Decarbonising transport project receives £1.4m funding
A new research project aimed at reducing carbon emissions from the UK transport industry has received backing from the Department for Business, Energy and Industrial Strategy (BEIS).
Backed by the likes of Shell and BP, the new £1.4m UKRI project aims to promote research into the development of hydrogen microbubble liquid fuels, multi-fuel combustion engines and high-efficiency integrated engine generators – three developments which, if mastered, could help dramatically reduce carbon emissions from the UK transport industry.
“Calculations estimate the combined benefit of these three new technologies can account for 90% of CO2 reductions in the UK transport sector, delivering a means to resolve the biggest challenge we are facing now as humans,” said Dr Xinyan Wang, a researcher at Brunel University London’s Centre for Advanced Powertrain and Fuels, who was awarded a UKRI Future Leaders Fellowship to lead the initial four year project, with a further three years set aside to continue development.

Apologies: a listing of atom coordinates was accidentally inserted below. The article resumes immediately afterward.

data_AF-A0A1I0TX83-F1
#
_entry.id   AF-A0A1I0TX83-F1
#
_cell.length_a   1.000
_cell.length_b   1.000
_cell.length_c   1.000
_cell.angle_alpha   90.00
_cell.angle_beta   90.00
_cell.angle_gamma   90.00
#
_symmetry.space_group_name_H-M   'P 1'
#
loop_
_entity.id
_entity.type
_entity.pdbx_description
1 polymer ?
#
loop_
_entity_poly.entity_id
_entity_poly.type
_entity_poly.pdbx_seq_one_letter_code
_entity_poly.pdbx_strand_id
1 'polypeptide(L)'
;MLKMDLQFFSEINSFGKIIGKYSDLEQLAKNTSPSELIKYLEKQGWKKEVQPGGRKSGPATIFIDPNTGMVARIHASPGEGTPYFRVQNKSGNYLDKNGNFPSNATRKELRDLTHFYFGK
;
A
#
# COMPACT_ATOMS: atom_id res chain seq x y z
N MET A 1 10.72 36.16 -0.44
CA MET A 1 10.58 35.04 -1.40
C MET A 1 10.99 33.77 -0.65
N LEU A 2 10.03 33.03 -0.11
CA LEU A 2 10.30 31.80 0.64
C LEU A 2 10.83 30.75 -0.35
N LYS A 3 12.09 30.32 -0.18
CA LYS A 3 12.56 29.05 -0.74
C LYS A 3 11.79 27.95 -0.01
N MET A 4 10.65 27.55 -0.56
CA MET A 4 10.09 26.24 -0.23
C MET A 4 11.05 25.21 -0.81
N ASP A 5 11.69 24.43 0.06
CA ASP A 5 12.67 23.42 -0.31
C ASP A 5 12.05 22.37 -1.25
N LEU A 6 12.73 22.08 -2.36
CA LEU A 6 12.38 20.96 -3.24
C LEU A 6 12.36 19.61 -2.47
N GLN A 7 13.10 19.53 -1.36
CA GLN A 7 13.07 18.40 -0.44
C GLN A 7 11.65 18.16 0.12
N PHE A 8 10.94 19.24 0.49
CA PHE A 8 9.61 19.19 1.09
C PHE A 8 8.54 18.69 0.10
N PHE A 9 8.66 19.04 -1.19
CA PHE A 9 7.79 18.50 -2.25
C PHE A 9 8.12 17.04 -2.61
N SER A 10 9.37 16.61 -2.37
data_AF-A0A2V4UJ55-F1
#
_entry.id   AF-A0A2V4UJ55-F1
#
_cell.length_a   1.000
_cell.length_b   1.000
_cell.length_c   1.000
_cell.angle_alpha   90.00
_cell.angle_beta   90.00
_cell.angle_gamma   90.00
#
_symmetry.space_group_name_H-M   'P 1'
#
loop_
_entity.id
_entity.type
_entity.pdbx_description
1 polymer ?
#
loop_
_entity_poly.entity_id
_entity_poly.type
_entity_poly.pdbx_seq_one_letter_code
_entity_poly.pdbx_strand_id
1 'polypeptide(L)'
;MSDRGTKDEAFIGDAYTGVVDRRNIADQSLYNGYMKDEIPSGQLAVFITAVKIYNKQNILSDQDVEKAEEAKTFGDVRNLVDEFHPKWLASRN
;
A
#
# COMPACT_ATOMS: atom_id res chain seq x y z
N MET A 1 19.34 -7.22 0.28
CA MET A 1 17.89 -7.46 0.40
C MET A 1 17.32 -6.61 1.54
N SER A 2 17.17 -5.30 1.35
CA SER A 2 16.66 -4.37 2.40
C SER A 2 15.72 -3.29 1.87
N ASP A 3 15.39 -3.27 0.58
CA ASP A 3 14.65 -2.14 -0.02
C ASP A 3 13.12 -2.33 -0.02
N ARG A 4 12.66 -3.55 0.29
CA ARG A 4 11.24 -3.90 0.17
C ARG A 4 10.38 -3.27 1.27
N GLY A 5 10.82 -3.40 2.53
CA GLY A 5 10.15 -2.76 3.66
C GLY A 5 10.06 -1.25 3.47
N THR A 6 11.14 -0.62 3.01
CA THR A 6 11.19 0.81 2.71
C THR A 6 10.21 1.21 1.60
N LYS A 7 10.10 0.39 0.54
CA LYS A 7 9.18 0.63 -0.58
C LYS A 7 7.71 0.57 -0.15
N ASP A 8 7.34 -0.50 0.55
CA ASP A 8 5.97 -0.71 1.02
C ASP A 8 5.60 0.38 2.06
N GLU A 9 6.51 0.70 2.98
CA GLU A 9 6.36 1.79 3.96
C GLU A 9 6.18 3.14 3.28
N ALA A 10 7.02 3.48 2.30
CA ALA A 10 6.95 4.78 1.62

The project will link Brunel with eight research partners – including BP, Shell, Lubrizol, Mahle Powertrain, Camcon Auto, Osprey Ltd, Malvern P and China’s Tianjin University – who aim to push the technologies to market over the next few years for use in the aviation, marine and automotive sectors.
The project’s announcement comes as part of a larger £109m package being funded by UKRI’s Future Leadership Fellowship programme which awards researchers between £400,000 and £1.5m to develop novel and challenging projects.